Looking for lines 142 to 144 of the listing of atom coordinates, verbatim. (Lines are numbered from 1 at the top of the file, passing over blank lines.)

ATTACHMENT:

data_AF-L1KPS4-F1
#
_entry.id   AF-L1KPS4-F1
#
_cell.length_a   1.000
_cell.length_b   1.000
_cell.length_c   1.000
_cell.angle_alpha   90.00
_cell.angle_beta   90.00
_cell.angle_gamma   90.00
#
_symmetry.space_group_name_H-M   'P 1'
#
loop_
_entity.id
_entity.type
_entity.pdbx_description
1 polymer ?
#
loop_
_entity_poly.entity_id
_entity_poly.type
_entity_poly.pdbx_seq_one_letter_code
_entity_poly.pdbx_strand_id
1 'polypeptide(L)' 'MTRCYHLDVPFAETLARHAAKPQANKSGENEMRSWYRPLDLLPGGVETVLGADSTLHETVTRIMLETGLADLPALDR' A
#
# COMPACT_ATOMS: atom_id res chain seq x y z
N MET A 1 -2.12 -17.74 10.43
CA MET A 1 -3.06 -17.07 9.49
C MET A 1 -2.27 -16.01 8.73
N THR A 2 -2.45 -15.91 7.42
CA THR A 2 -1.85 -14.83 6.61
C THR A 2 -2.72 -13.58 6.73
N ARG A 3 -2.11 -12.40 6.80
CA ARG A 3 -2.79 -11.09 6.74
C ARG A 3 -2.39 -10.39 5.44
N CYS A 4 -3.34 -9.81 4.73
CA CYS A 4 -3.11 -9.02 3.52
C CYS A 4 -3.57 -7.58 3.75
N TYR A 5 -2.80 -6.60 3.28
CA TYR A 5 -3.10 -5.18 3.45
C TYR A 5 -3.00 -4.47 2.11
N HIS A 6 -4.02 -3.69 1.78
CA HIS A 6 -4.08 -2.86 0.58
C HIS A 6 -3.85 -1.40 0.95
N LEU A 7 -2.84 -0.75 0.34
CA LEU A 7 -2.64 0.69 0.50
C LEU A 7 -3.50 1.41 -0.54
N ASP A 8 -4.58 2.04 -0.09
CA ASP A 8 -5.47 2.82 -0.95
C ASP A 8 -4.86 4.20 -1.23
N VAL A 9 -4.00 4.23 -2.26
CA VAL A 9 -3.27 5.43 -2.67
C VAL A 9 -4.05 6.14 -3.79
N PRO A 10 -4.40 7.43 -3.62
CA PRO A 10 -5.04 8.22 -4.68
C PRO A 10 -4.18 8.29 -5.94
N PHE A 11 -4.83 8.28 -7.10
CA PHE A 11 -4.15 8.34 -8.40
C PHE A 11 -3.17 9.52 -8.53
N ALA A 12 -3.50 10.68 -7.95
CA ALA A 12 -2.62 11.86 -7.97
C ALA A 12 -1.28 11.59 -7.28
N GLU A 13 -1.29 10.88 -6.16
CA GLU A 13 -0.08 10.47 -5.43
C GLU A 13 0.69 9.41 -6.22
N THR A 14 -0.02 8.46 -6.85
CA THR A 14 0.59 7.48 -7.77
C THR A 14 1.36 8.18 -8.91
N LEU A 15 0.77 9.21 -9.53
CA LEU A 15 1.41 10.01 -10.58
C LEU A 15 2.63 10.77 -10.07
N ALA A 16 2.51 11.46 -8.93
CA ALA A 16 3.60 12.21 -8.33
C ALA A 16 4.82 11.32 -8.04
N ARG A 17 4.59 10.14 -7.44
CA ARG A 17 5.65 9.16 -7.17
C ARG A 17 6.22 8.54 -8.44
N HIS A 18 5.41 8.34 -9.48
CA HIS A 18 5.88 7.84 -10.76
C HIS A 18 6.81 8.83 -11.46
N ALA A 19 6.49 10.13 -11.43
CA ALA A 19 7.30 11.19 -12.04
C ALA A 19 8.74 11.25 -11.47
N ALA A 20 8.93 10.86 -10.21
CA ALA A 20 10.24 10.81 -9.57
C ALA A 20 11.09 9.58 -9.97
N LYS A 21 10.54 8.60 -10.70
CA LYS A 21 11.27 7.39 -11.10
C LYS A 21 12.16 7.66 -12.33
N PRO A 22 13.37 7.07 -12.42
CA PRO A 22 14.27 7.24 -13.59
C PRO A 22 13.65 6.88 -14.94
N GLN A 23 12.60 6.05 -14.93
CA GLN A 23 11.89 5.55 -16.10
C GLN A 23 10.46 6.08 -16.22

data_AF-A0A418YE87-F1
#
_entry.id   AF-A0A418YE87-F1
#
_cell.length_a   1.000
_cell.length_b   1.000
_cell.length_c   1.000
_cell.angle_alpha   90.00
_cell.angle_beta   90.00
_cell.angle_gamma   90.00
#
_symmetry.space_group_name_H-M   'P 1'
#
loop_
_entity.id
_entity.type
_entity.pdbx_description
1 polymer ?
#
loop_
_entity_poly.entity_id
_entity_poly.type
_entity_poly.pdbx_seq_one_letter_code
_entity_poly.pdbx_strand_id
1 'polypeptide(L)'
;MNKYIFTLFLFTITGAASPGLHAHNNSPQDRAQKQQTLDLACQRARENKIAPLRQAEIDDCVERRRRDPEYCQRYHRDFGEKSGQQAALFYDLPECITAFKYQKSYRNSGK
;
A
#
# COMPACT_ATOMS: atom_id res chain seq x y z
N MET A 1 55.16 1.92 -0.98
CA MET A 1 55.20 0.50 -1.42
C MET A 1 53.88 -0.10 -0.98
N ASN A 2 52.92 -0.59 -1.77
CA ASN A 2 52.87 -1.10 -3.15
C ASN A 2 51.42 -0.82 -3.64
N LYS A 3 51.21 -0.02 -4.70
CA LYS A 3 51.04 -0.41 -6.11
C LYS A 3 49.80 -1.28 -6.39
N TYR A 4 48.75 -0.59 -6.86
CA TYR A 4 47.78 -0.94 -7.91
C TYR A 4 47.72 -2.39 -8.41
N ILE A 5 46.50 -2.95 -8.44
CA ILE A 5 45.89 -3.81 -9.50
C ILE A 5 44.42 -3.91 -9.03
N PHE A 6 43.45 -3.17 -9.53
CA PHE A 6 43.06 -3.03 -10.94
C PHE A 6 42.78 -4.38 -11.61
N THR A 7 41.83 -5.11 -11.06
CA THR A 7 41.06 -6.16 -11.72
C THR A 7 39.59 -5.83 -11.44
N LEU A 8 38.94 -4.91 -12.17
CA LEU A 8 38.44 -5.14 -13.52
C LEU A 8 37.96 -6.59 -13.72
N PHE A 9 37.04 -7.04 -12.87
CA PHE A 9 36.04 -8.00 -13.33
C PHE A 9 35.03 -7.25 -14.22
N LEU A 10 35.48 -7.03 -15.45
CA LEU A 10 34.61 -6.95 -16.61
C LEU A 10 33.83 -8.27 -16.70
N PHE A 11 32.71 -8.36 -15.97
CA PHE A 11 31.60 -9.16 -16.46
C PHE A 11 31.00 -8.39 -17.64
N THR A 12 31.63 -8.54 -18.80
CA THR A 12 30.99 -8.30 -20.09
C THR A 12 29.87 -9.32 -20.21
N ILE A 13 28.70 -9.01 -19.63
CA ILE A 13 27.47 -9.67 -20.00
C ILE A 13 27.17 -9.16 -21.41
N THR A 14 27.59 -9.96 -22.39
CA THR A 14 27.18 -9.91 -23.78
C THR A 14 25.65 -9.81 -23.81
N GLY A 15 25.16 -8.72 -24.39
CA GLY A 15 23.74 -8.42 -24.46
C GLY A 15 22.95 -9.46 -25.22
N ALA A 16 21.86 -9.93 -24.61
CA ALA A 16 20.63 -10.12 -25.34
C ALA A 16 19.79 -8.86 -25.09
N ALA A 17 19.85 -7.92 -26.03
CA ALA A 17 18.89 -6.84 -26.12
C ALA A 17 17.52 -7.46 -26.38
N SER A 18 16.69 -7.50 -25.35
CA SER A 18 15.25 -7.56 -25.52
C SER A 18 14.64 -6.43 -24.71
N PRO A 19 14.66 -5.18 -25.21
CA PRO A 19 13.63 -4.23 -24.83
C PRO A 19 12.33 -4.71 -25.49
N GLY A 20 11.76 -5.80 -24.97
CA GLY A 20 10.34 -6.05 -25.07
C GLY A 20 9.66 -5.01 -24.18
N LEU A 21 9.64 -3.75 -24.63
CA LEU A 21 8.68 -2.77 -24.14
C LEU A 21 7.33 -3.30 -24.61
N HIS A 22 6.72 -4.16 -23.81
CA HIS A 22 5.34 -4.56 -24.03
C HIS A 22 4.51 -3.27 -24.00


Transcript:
N PHE A 6 43.45 -3.17 -9.53
CA PHE A 6 43.06 -3.03 -10.94
C PHE A 6 42.78 -4.38 -11.61